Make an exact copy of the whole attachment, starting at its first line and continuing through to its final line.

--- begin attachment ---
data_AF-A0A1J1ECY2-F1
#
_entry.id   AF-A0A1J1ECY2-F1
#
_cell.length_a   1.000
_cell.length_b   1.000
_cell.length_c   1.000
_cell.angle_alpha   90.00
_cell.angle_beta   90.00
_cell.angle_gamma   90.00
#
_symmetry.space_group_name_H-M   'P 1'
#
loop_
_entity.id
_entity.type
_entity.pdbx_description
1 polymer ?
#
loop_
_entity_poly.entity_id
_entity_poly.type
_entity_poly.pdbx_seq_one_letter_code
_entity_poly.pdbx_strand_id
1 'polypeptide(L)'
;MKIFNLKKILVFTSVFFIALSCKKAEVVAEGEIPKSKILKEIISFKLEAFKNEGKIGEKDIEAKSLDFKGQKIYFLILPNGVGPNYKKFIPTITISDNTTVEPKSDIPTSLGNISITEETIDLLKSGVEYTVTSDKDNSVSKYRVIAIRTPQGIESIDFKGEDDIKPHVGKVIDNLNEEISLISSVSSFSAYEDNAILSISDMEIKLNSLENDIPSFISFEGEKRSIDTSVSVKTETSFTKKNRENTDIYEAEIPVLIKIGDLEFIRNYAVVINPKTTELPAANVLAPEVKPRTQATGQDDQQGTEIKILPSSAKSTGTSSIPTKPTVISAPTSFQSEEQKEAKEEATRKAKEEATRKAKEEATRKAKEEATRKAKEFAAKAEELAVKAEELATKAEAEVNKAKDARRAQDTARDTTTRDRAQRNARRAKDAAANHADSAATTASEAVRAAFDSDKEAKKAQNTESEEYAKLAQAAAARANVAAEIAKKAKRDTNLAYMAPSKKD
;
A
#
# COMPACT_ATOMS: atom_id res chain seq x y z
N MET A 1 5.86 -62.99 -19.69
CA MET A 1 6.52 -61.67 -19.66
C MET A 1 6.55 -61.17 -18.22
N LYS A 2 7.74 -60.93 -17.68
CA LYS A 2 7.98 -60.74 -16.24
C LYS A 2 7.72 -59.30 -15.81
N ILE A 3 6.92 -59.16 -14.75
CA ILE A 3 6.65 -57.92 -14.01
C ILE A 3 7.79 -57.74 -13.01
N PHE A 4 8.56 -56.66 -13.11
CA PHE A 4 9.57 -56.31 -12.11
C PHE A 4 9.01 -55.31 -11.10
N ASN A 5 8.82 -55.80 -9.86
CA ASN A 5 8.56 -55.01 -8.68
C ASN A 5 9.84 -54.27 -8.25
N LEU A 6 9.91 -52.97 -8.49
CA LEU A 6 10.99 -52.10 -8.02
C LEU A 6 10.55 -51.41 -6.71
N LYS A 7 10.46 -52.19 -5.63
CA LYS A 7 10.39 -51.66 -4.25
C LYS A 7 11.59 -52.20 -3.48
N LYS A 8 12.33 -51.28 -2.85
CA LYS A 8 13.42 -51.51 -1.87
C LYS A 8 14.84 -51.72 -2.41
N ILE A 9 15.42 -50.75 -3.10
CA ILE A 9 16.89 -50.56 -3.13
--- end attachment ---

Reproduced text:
data_AF-A0A1J1ECY2-F1
#
_entry.id   AF-A0A1J1ECY2-F1
#
_cell.length_a   1.000
_cell.length_b   1.000
_cell.length_c   1.000
_cell.angle_alpha   90.00
_cell.angle_beta   90.00
_cell.angle_gamma   90.00
#
_symmetry.space_group_name_H-M   'P 1'
#
loop_
_entity.id
_entity.type
_entity.pdbx_description
1 polymer ?
#
loop_
_entity_poly.entity_id
_entity_poly.type
_entity_poly.pdbx_seq_one_letter_code
_entity_poly.pdbx_strand_id
1 'polypeptide(L)'
;MKIFNLKKILVFTSVFFIALSCKKAEVVAEGEIPKSKILKEIISFKLEAFKNEGKIGEKDIEAKSLDFKGQKIYFLILPNGVGPNYKKFIPTITISDNTTVEPKSDIPTSLGNISITEETIDLLKSGVEYTVTSDKDNSVSKYRVIAIRTPQGIESIDFKGEDDIKPHVGKVIDNLNEEISLISSVSSFSAYEDNAILSISDMEIKLNSLENDIPSFISFEGEKRSIDTSVSVKTETSFTKKNRENTDIYEAEIPVLIKIGDLEFIRNYAVVINPKTTELPAANVLAPEVKPRTQATGQDDQQGTEIKILPSSAKSTGTSSIPTKPTVISAPTSFQSEEQKEAKEEATRKAKEEATRKAKEEATRKAKEEATRKAKEFAAKAEELAVKAEELATKAEAEVNKAKDARRAQDTARDTTTRDRAQRNARRAKDAAANHADSAATTASEAVRAAFDSDKEAKKAQNTESEEYAKLAQAAAARANVAAEIAKKAKRDTNLAYMAPSKKD
;
A
#
# COMPACT_ATOMS: atom_id res chain seq x y z
N MET A 1 5.86 -62.99 -19.69
CA MET A 1 6.52 -61.67 -19.66
C MET A 1 6.55 -61.17 -18.22
N LYS A 2 7.74 -60.93 -17.68
CA LYS A 2 7.98 -60.74 -16.24
C LYS A 2 7.72 -59.30 -15.81
N ILE A 3 6.92 -59.16 -14.75
CA ILE A 3 6.65 -57.92 -14.01
C ILE A 3 7.79 -57.74 -13.01
N PHE A 4 8.56 -56.66 -13.11
CA PHE A 4 9.57 -56.31 -12.11
C PHE A 4 9.01 -55.31 -11.10
N ASN A 5 8.82 -55.80 -9.86
CA ASN A 5 8.56 -55.01 -8.68
C ASN A 5 9.84 -54.27 -8.25
N LEU A 6 9.91 -52.97 -8.49
CA LEU A 6 10.99 -52.10 -8.02
C LEU A 6 10.55 -51.41 -6.71
N LYS A 7 10.46 -52.19 -5.63
CA LYS A 7 10.39 -51.66 -4.25
C LYS A 7 11.59 -52.20 -3.48
N LYS A 8 12.33 -51.28 -2.85
CA LYS A 8 13.42 -51.51 -1.87
C LYS A 8 14.84 -51.72 -2.41
N ILE A 9 15.42 -50.75 -3.10
CA ILE A 9 16.89 -50.56 -3.13